Conclusion
The assay established in this study may facilitate rapid, reliable laboratory diagnosis in suspected cases of Ebola and Marburg hemorrhagic fevers.
Modeling the Spread of Ebola
Tae Sug Do, Young S. Lee
Osong Public Health Res Perspect. 2016;7(1):43-48.   Published online February 28, 2016
DOI: https://doi.org/10.1016/j.phrp.2015.12.012
  • 1,461 View
  • 17 Download
  • 11 Citations
AbstractAbstract PDF
Objectives
This study aims to create a mathematical model to better understand the spread of Ebola, the mathematical dynamics of the disease, and preventative behaviors.
Methods
An epidemiological model is created with a system of nonlinear differential equations, and the model examines the disease transmission dynamics with isolation through stability analysis. All parameters are approximated, and results are also exploited by simulations. Sensitivity analysis is used to discuss the effect of intervention strategies.
Results
The system has only one equilibrium point, which is the disease-free state (S,L,I,R,D) = (N,0,0,0,0). If traditional burials of Ebola victims are allowed, the possible end state is never stable. Provided that safe burial practices with no traditional rituals are followed, the endemic-free state is stable if the basic reproductive number, R0, is less than 1. Model behaviors correspond to empirical facts. The model simulation agrees with the data of the Nigeria outbreak in 2004: 12 recoveries, eight deaths, Ebola free in about 3 months, and an R0 value of about 2.6 initially, which signifies swift spread of the infection. The best way to reduce R0 is achieving the speedy net effect of intervention strategies. One day's delay in full compliance with building rings around the virus with isolation, close observation, and clear education may double the number of infected cases.
Conclusion
The model can predict the total number of infected cases, number of deaths, and duration of outbreaks among others. The model can be used to better understand the spread of Ebola, educate about prophylactic behaviors, and develop strategies that alter environment to achieve a disease-free state. A future work is to incorporate vaccination in the model when the vaccines are developed and the effects of vaccines are known better.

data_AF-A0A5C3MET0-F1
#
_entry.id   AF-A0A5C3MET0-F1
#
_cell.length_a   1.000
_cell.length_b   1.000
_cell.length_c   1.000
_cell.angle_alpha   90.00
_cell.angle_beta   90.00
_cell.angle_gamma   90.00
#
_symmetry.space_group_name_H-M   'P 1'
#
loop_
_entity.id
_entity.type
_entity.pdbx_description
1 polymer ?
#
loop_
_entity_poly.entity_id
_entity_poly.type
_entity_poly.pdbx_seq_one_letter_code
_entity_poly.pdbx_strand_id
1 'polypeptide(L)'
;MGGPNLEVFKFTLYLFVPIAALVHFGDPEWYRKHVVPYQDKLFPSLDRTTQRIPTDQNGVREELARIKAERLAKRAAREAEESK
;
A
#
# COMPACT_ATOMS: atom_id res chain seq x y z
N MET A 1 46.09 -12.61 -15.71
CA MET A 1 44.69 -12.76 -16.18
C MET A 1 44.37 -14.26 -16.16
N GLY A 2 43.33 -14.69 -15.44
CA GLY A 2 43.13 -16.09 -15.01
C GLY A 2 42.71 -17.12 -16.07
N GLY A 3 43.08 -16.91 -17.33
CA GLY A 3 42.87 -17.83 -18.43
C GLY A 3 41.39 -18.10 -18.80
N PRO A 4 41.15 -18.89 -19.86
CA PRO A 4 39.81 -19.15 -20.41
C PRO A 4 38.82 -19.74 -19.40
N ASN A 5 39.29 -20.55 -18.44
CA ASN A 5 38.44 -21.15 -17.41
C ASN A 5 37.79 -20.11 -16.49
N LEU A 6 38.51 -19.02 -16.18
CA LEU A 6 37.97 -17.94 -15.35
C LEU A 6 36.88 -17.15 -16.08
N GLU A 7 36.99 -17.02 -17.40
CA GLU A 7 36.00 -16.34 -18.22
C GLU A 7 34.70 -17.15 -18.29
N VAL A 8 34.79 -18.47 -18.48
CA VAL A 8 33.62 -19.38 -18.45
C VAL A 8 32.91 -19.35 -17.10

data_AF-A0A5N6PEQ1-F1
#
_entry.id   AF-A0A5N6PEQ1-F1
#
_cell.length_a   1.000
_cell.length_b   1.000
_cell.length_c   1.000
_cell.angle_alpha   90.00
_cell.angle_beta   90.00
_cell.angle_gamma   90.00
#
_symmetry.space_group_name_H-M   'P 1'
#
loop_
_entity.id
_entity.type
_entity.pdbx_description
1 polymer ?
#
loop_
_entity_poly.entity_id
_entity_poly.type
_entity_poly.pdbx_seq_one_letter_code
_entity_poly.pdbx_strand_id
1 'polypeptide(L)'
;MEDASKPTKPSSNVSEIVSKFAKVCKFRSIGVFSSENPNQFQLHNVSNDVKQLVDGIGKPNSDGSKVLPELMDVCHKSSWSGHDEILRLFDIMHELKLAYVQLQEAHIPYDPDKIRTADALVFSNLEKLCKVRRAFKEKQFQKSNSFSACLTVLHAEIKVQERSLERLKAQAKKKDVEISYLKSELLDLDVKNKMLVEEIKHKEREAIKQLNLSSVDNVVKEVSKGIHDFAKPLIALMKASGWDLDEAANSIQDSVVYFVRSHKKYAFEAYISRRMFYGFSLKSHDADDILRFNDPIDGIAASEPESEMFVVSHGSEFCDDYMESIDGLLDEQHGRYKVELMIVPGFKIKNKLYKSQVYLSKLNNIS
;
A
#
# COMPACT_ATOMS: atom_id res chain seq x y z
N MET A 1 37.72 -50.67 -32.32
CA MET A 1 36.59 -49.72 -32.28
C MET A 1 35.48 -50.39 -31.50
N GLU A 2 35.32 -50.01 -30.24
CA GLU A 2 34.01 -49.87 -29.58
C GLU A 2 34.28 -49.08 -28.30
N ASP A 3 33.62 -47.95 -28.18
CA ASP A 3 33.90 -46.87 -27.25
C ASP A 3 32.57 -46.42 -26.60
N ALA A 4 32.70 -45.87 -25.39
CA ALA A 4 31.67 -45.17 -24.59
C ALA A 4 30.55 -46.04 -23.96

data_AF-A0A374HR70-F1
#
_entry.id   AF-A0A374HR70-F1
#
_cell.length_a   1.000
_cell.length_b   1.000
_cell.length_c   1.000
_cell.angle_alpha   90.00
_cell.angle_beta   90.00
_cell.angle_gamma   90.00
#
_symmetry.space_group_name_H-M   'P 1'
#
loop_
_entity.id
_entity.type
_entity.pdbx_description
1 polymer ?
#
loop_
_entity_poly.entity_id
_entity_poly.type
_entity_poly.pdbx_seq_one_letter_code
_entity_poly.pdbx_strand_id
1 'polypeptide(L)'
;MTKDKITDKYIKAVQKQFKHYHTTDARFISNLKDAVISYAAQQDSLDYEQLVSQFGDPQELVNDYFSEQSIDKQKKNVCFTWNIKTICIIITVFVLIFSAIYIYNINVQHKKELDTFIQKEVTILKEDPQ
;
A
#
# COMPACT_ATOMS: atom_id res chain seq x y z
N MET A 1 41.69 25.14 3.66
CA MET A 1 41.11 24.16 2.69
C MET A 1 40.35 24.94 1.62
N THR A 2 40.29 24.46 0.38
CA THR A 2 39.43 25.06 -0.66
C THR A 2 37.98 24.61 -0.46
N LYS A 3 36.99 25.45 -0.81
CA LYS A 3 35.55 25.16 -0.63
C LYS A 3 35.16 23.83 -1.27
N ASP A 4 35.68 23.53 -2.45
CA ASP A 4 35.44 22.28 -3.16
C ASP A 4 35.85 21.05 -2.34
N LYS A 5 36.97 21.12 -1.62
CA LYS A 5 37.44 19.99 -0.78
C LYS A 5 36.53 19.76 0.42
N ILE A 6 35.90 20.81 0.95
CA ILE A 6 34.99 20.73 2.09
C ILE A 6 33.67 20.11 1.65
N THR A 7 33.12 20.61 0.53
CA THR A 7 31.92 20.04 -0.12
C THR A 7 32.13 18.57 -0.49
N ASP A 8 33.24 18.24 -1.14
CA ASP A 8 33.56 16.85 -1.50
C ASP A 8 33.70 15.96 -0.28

Brief Reports
Round-up of GHSA Steering Group and Action Packages in 2015
GHSA Steering Group Secretariat, GHSA Preparation Task Force Team
Osong Public Health Res Perspect. 2015;6(6 Suppl):S28-S33.   Published online December 31, 2015
DOI: https://doi.org/10.1016/j.phrp.2015.12.007
  • 1,332 View
  • 14 Download
  • 1 Citations
AbstractAbstract PDF
All Global Health Security Agenda (GHSA) Steering Group Members remain strongly committed to accelerating measurable progress and implementing concrete commitments toward a world safe and secure from infectious disease threats, recognizing the devastation of the Ebola epidemic and the clear interdependence of health in the 21st century. All GHSA Steering Group members reinforced that GHSA is supportive of International Health Regulations implementation, as well as components of other global health security frameworks such as the World Organization for Animal Health Performance of Veterinary Services pathway. The GHSA will continue to focus on multilateral engagement. The GHSA Steering Group is committed to engaging non-state actors and agreed to discuss next steps toward engaging the private sector.
Global Health Security: The Lessons from the West African Ebola Virus Disease Epidemic and MERS Outbreak in the Republic of Korea